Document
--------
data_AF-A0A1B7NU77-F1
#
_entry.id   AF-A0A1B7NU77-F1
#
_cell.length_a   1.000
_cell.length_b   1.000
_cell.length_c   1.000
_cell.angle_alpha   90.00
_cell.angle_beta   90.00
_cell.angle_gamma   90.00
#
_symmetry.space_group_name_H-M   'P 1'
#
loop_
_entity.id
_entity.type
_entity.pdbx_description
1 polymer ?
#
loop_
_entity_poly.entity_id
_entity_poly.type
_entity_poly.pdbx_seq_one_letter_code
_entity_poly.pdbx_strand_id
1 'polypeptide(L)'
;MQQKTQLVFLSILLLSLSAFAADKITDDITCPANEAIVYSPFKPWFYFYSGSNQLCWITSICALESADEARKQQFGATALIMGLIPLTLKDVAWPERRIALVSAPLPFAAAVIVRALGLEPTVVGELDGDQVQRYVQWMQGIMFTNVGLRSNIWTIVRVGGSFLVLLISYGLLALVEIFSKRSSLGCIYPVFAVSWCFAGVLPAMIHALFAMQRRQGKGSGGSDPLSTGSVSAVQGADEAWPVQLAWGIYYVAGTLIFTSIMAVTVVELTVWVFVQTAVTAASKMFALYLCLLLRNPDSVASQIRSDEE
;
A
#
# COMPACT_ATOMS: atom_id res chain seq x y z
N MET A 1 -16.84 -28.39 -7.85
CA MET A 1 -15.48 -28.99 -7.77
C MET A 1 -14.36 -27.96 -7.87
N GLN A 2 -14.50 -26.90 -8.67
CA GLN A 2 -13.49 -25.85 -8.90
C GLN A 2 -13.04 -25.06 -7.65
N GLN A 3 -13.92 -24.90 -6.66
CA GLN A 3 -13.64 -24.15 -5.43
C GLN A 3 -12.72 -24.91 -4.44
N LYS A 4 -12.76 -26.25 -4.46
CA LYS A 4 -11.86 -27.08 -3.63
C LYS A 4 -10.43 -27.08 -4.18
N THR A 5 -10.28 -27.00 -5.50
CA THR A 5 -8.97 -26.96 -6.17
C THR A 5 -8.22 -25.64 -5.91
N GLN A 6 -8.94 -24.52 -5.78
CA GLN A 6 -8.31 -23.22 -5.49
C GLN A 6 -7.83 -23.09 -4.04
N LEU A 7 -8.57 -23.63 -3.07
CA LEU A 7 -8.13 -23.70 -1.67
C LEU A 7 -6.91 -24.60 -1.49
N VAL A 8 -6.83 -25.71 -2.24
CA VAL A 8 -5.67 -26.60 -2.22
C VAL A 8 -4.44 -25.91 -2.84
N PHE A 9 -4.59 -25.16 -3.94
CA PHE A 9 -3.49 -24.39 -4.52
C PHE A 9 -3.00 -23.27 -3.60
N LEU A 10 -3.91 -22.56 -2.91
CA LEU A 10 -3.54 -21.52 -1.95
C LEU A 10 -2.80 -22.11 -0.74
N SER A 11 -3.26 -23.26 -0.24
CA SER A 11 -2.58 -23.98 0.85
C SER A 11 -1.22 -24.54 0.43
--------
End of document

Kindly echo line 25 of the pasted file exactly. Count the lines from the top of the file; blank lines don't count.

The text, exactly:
1 'polypeptide(L)'